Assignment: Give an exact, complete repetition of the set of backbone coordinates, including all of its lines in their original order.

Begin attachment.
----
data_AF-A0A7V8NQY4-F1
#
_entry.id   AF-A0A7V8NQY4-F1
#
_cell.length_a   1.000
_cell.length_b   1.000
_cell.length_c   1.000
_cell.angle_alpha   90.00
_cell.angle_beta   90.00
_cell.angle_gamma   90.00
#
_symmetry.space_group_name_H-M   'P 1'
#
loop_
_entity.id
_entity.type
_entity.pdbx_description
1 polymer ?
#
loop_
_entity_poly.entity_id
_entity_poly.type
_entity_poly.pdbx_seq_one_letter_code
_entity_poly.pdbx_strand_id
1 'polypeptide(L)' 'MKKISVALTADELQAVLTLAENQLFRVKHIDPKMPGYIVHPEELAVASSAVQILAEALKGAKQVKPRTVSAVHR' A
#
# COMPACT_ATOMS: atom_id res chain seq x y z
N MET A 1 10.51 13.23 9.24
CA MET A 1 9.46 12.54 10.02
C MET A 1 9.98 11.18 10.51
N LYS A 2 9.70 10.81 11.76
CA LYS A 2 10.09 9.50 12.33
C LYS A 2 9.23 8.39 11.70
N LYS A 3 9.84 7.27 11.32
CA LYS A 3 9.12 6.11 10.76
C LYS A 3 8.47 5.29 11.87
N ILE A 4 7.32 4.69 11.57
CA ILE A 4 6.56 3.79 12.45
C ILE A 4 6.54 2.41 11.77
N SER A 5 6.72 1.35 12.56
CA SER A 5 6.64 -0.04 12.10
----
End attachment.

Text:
data_AF-A0A7V8NQY4-F1
#
_entry.id   AF-A0A7V8NQY4-F1
#
_cell.length_a   1.000
_cell.length_b   1.000
_cell.length_c   1.000
_cell.angle_alpha   90.00
_cell.angle_beta   90.00
_cell.angle_gamma   90.00
#
_symmetry.space_group_name_H-M   'P 1'
#
loop_
_entity.id
_entity.type
_entity.pdbx_description
1 polymer ?
#
loop_
_entity_poly.entity_id
_entity_poly.type
_entity_poly.pdbx_seq_one_letter_code
_entity_poly.pdbx_strand_id
1 'polypeptide(L)' 'MKKISVALTADELQAVLTLAENQLFRVKHIDPKMPGYIVHPEELAVASSAVQILAEALKGAKQVKPRTVSAVHR' A
#
# COMPACT_ATOMS: atom_id res chain seq x y z
N MET A 1 10.51 13.23 9.24
CA MET A 1 9.46 12.54 10.02
C MET A 1 9.98 11.18 10.51
N LYS A 2 9.70 10.81 11.76
CA LYS A 2 10.09 9.50 12.33
C LYS A 2 9.23 8.39 11.70
N LYS A 3 9.84 7.27 11.32
CA LYS A 3 9.12 6.11 10.76
C LYS A 3 8.47 5.29 11.87
N ILE A 4 7.32 4.69 11.57
CA ILE A 4 6.56 3.79 12.45
C ILE A 4 6.54 2.41 11.77
N SER A 5 6.72 1.35 12.56
CA SER A 5 6.64 -0.04 12.10